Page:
Technologically speaking, all of the Hundred Thousand Kingdoms are at about Renaissance-level technology. They've got newspapers, very basic sciences, long-distance seafaring, and so on. The Amn's capitol city, Sky, is no different in this respect. What Sky has more of, is *magical* advancement, mostly because the Arameri have money. Anyone in this world can have access to magic -- the power to imitate the gods -- if they can afford it. The nobility and wealthy people all use some of the same magical doodads as the Arameri, like the communication spheres and healing sigils. The poor people, however, make do like poor people in any society: they work a lot harder and they die more easily.

You have written some varied short stories such as the Red Riding-Hood’s Child, The Effluent Engine, The Narcomancer and Non Zero probabilities amongst which Non Zero probabilities is up for a Nebula this year and you will be competing with your friend Saladin Ahmed in this category, how do you feel about this?

I think it's hilarious that Saladin and I are competing in the same category. And he well deserves the honor; I love his story myself. He's not my only friend in the category this year, though -- I'm also up against Michael Burstein and Jim Kelly, both men I consider mentors, and Kij Johnson, who I met recently and thought was way cool. So the way I figure it, since I know and like all these people, I won't feel bad if one of them wins instead of me. But I still want to win myself. ;)

You have a very active online presence via your blog, Twitter and Facebook, often commenting on a variety of topics, where do you manage the time to write amidst all the online stuff?

Well, commenting on stuff doesn't exactly take a lot of time. I love the fact that Twitter forces me to be brief, actually -- that way I don't spend too much time on it. Blogging takes more, but like I said -- this is part of what an author has to do these days to get noticed. I budget time for it like I budget time for everything else. Part of the job. Fortunately it's fun, too.
The mythology which you have created for your world has a trinomial aspect to it chiefly and then further spreads out. Was this a deliberate positioning in lieu of the trilogy or just another coincidental occurrence?

No, that had nothing to do with it. The cosmology is a trinity because I just felt like doing a trinity. The books are a trilogy because I just felt like doing a trilogy. Total coincidence that it's three and three! =)

What does a normal writing day entail for you and could you give the readers a glimpse into your writing habits. Also how do you cope with the stressful nature of schedules and deadlines?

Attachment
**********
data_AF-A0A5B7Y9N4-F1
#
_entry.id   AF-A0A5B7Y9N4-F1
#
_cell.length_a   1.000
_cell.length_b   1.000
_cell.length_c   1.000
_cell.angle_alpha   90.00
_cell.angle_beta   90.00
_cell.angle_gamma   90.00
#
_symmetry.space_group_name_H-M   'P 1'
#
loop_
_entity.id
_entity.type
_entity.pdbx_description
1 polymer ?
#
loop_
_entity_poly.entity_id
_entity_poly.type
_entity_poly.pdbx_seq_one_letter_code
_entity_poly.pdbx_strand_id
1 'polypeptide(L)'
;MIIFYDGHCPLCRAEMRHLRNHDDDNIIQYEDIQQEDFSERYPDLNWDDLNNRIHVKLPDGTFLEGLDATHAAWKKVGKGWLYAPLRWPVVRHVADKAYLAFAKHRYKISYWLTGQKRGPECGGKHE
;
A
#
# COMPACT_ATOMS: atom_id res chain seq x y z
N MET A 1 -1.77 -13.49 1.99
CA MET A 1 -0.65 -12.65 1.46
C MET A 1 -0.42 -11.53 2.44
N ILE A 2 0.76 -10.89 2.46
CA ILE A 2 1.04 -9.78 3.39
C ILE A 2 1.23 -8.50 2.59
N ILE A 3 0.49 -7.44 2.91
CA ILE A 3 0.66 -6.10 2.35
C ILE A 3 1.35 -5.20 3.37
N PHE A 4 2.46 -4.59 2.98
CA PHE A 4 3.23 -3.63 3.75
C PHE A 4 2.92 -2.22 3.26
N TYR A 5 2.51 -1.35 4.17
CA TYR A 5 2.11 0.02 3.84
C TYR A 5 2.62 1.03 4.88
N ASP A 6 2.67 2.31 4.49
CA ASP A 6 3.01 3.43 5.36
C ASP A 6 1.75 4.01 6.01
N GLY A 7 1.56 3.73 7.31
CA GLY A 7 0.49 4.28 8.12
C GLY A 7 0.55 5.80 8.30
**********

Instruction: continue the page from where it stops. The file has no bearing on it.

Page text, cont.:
Well, I work part-time at my day job, and those days are all over the place, so I'll focus on the days that are all-writing. I get up around 9 and usually read over what I wrote the day before, for continuity. Usually I'll go to the gym at about this point, because writers really need to work at staying healthy, given the sedentary nature of our work. I've got a workout partner who's an actor, so she keeps me in line. Then I'll head either home or to a nearby coffee shop, where I'll spend several hours trying to hit my word quota (2000 words) for the day. If it's a good day, I hit it by 5 or 6 p.m. If it's a bad day, or if I'm busy with other stuff, I hit it by midnight. If it's a really bad day, or I'm really in a Zone, I wake up at 4 in the morning with an idea in my head, and I have to get up and write it down. It's usually good stuff, but I'd rather sleep.

As for coping with stress, I do the usual: friends, going out to have fun, video games, reading a good book. I'm a typical New Yorker -- I've always got a book with me in case I end up sitting somewhere for awhile, and my iPod is loaded up with short story podcasts.

In one of your blog post you have mentioned that amongst your 5 favorite non-human characters is Gerald Tarrant, from the Coldfire Trilogy by C. S. Friedman, what is it about this character which fascinated you so much?
Mostly it's just that he's so principled. His sense of honor leads him to make incredibly evil choices, and he stands by those choices without regret because he's the kind of guy who accepts the consequences of his actions. He's not admirable; he's a monster. But at least he's a grownup about it.
You also talk about your yearly obsessions, so which food article has your fancy this year?

Luckily, it seems to be Red Mango yogurt. Cheap and fat free! Except I like it with chocolate chips.

Thank you so much for your time, so looking ahead what can we expect from you in regards to the second book and the trilogy?

I think I'll leave that one for people to find out when books 2 and 3 come out. Hope they like 'em!


Anonymous said...

What a great, insightful interview! I've seen Ms. Jemisen recently profiled in the latest issue of Locus magazine with Nnedi and it piqued my interest in her work :-)

The Reader said...

Hi Darkeva

Thanks I'm glad you liked the interview :)

Robert & Liviu have had high praise for the book when they they read it earlier this year. I hope you give it a try as well.